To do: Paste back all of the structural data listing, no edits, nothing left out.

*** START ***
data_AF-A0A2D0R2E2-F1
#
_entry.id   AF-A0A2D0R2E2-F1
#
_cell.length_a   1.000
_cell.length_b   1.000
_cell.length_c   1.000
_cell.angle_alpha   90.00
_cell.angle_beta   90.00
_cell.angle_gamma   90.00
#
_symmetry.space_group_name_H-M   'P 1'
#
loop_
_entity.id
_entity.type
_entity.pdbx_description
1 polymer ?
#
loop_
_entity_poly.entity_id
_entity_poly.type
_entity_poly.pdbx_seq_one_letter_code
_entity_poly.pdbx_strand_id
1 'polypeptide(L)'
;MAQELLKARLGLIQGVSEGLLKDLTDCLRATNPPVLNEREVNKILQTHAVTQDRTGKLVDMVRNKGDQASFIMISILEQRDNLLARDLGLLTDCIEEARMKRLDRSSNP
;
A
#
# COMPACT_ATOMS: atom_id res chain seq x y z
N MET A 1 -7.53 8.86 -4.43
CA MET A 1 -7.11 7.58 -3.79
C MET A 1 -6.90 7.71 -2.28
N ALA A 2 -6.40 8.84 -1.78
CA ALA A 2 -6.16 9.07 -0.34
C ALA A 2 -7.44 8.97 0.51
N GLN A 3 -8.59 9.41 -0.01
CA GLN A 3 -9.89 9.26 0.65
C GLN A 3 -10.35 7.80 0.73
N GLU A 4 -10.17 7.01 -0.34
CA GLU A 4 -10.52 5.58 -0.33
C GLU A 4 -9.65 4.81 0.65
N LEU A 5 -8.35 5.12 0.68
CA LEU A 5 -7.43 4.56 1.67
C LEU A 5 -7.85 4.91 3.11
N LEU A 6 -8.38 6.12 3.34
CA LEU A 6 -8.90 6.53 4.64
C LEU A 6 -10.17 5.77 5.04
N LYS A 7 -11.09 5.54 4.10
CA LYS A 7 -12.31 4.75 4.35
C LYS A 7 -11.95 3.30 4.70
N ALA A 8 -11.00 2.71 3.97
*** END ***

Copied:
data_AF-A0A2D0R2E2-F1
#
_entry.id   AF-A0A2D0R2E2-F1
#
_cell.length_a   1.000
_cell.length_b   1.000
_cell.length_c   1.000
_cell.angle_alpha   90.00
_cell.angle_beta   90.00
_cell.angle_gamma   90.00
#
_symmetry.space_group_name_H-M   'P 1'
#
loop_
_entity.id
_entity.type
_entity.pdbx_description
1 polymer ?
#
loop_
_entity_poly.entity_id
_entity_poly.type
_entity_poly.pdbx_seq_one_letter_code
_entity_poly.pdbx_strand_id
1 'polypeptide(L)'
;MAQELLKARLGLIQGVSEGLLKDLTDCLRATNPPVLNEREVNKILQTHAVTQDRTGKLVDMVRNKGDQASFIMISILEQRDNLLARDLGLLTDCIEEARMKRLDRSSNP
;
A
#
# COMPACT_ATOMS: atom_id res chain seq x y z
N MET A 1 -7.53 8.86 -4.43
CA MET A 1 -7.11 7.58 -3.79
C MET A 1 -6.90 7.71 -2.28
N ALA A 2 -6.40 8.84 -1.78
CA ALA A 2 -6.16 9.07 -0.34
C ALA A 2 -7.44 8.97 0.51
N GLN A 3 -8.59 9.41 -0.01
CA GLN A 3 -9.89 9.26 0.65
C GLN A 3 -10.35 7.80 0.73
N GLU A 4 -10.17 7.01 -0.34
CA GLU A 4 -10.52 5.58 -0.33
C GLU A 4 -9.65 4.81 0.65
N LEU A 5 -8.35 5.12 0.68
CA LEU A 5 -7.43 4.56 1.67
C LEU A 5 -7.85 4.91 3.11
N LEU A 6 -8.38 6.12 3.34
CA LEU A 6 -8.90 6.53 4.64
C LEU A 6 -10.17 5.77 5.04
N LYS A 7 -11.09 5.54 4.10
CA LYS A 7 -12.31 4.75 4.35
C LYS A 7 -11.95 3.30 4.70
N ALA A 8 -11.00 2.71 3.97